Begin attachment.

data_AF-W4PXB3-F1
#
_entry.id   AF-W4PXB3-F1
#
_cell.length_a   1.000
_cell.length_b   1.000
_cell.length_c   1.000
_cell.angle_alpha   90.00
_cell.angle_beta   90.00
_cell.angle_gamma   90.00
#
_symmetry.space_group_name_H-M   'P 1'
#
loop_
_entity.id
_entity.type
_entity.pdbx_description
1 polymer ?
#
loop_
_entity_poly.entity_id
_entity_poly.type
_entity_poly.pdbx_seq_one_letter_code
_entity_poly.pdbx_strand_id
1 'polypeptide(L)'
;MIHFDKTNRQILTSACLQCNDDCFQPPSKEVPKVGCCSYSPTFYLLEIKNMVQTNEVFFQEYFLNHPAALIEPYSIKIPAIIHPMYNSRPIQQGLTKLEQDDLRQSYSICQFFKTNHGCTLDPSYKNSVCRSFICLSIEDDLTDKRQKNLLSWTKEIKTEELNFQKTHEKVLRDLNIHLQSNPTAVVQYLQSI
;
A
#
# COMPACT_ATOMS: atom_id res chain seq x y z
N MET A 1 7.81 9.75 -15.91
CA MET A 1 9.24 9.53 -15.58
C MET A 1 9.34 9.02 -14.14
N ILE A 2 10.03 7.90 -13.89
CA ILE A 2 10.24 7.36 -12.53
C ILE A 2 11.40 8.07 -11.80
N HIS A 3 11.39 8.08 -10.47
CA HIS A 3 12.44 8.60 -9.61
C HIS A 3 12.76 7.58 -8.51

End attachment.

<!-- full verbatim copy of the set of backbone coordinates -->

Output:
data_AF-W4PXB3-F1
#
_entry.id   AF-W4PXB3-F1
#
_cell.length_a   1.000
_cell.length_b   1.000
_cell.length_c   1.000
_cell.angle_alpha   90.00
_cell.angle_beta   90.00
_cell.angle_gamma   90.00
#
_symmetry.space_group_name_H-M   'P 1'
#
loop_
_entity.id
_entity.type
_entity.pdbx_description
1 polymer ?
#
loop_
_entity_poly.entity_id
_entity_poly.type
_entity_poly.pdbx_seq_one_letter_code
_entity_poly.pdbx_strand_id
1 'polypeptide(L)'
;MIHFDKTNRQILTSACLQCNDDCFQPPSKEVPKVGCCSYSPTFYLLEIKNMVQTNEVFFQEYFLNHPAALIEPYSIKIPAIIHPMYNSRPIQQGLTKLEQDDLRQSYSICQFFKTNHGCTLDPSYKNSVCRSFICLSIEDDLTDKRQKNLLSWTKEIKTEELNFQKTHEKVLRDLNIHLQSNPTAVVQYLQSI
;
A
#
# COMPACT_ATOMS: atom_id res chain seq x y z
N MET A 1 7.81 9.75 -15.91
CA MET A 1 9.24 9.53 -15.58
C MET A 1 9.34 9.02 -14.14
N ILE A 2 10.03 7.90 -13.89
CA ILE A 2 10.24 7.36 -12.53
C ILE A 2 11.40 8.07 -11.80
N HIS A 3 11.39 8.08 -10.47
CA HIS A 3 12.44 8.60 -9.61
C HIS A 3 12.76 7.58 -8.51